Start-Up Help: OrthoVation Keeps Innovation Local
Posted: February 3, 2012
In addition to being the president and CEO of MicroPulse (Columbia City, IN), Brian Emerick is an investor. He houses a business incubation center, called the OrthoVation Center, within MicroPulse for orthopaedic start-ups in Indiana. While many start-up companies have a difficult time attracting investors, the OrthoVation Center is helping them succeed. “Start-ups fail many times [because] they run out of money; they don’t have engineering expertise; and they make mistakes that, once you’ve done it a few times, you don’t [repeat],” says Emerick. “I make equity investments and provide some start-up capital. Typically I get involved at the very beginning—at the high-risk point.” MicroPulse, a contract manufacturer in orthopaedics, does benefit from OrthoVation, as it has right of first refusal on all manufacturing.
Since its launch in 2010, OrthoVation has nurtured several orthopaedic companies, including Nanovis LLC, which applies nanotechnology and nanosurfacing to spinal technologies to encourage implant acceptance in the body. The company just received FDA approval for fusion cages and pedicle screws, and Emerick foresees expanding the use of nanosurfacing to stents, and hernia and bladder meshes. Nanovis operates as a semivirtual company—the COO is in Carmel, Indiana, and a business development professional is located in Chicago. However, the operational hub is under OrthoVation’s roof, where the center provides corporate governance, funding, engineering, and design services. “Nanovis is going to be a spine company when it grows up and hopefully branch into other areas of orthopaedics—applying nanosurfaces to large joints,” says Emerick.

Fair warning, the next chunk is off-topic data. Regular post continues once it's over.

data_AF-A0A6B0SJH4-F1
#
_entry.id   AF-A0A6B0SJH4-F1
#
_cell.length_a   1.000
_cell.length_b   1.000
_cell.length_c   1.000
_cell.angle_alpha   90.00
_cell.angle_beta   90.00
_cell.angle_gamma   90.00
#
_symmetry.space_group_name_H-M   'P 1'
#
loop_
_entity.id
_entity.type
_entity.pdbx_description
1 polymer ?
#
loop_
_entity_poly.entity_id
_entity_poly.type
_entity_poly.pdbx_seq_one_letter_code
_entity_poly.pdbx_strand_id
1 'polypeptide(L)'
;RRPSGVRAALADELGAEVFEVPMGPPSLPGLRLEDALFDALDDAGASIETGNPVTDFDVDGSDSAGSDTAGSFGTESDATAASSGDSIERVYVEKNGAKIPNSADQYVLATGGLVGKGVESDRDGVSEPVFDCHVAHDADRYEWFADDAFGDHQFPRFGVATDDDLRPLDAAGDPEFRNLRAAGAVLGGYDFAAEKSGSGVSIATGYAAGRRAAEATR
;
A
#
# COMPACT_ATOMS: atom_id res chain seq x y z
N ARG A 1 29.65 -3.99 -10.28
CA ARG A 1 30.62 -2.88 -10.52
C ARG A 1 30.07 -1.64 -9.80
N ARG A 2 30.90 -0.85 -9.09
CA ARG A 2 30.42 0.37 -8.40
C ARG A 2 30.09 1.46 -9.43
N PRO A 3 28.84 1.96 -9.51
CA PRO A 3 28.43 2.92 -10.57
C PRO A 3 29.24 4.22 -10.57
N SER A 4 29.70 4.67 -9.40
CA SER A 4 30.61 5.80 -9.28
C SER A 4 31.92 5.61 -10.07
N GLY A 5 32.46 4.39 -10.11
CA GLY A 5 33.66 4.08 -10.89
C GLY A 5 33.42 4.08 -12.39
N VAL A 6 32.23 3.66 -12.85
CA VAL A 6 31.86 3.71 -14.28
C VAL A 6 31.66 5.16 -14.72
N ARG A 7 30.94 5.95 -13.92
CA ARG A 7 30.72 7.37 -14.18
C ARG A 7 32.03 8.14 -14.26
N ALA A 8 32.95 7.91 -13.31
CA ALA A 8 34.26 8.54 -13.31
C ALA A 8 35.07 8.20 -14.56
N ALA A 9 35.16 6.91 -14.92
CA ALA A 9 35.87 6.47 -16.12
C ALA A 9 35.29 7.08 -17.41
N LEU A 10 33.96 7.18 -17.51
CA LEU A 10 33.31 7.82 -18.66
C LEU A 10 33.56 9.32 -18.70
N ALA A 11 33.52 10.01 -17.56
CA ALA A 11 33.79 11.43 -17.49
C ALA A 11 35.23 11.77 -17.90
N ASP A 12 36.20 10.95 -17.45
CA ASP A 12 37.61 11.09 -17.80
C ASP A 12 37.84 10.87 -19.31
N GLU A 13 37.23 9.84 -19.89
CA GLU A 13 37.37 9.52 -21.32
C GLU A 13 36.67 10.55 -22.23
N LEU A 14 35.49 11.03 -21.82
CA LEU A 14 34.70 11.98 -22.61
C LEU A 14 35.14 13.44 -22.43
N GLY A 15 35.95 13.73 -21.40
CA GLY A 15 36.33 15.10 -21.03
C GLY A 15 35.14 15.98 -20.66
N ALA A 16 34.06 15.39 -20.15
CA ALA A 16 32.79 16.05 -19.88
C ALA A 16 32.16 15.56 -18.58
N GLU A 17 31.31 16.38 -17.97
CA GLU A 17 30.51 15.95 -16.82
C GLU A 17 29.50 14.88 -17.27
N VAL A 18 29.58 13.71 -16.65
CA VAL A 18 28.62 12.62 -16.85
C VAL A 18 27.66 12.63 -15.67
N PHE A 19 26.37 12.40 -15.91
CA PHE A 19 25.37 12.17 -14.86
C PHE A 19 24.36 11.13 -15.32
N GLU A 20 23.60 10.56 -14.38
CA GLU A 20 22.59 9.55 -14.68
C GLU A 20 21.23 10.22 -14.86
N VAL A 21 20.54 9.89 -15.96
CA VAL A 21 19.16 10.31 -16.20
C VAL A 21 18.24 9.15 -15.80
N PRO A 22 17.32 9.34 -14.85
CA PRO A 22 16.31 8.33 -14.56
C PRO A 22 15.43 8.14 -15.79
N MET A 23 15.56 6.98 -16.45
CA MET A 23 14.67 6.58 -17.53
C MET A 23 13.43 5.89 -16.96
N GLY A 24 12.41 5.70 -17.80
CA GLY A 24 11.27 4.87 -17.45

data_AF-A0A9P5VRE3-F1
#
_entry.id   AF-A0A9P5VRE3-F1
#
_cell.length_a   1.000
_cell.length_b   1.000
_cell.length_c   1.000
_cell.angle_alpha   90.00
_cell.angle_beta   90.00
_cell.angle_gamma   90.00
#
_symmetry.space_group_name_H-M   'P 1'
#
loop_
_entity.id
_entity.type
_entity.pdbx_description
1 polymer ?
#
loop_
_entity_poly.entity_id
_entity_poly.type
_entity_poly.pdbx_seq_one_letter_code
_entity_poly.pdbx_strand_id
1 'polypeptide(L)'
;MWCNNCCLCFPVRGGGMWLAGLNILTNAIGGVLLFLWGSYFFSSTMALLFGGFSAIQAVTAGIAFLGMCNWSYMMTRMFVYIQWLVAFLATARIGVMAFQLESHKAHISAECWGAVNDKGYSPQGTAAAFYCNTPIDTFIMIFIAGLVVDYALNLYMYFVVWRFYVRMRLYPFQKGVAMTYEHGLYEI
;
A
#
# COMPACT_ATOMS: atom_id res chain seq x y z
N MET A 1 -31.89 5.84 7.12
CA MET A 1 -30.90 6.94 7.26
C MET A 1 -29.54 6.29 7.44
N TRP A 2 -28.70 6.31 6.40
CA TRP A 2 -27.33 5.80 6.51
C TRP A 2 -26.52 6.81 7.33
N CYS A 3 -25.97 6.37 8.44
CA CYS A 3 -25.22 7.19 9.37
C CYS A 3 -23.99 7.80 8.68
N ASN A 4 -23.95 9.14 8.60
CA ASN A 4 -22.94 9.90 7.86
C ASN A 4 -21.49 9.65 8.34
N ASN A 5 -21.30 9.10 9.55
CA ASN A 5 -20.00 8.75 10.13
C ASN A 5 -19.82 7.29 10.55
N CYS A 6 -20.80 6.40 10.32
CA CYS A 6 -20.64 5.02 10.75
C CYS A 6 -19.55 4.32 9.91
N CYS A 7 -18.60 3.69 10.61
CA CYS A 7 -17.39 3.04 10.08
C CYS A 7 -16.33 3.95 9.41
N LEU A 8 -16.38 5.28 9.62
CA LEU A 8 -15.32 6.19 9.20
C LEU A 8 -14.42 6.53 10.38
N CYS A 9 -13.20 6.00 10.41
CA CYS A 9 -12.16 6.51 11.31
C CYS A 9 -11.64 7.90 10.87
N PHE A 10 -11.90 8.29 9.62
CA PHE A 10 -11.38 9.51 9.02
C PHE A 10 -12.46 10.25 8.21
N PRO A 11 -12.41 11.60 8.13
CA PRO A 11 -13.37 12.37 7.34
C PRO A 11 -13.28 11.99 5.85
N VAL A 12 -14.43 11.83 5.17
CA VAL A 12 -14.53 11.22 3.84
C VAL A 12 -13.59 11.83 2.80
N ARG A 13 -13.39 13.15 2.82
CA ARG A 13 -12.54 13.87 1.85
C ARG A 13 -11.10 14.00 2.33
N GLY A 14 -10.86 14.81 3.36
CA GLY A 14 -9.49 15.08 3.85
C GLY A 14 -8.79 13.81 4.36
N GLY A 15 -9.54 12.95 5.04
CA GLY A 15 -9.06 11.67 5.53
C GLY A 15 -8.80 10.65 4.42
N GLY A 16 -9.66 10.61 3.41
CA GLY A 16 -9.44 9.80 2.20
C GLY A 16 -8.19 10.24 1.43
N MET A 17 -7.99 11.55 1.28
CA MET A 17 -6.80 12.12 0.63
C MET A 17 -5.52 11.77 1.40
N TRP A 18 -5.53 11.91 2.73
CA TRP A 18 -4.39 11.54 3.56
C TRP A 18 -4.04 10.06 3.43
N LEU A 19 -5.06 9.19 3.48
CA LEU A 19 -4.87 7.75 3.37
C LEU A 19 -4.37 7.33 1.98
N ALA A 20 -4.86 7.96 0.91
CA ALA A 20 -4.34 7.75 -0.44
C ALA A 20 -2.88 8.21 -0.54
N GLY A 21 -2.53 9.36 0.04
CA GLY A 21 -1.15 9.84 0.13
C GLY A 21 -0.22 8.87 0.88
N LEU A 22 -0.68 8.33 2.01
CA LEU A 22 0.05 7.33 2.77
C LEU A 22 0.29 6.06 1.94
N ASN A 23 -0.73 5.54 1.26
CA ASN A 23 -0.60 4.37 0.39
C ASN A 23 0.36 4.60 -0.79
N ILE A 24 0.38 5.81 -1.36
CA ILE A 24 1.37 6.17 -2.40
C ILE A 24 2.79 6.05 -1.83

OrthoVation is just one example of how incubators provide the boost that start-ups need in this economy. If you are a start-up, or work with start-ups, where are the unmet needs? How can incubators like OrthoVation help you? --Maria Fontanazza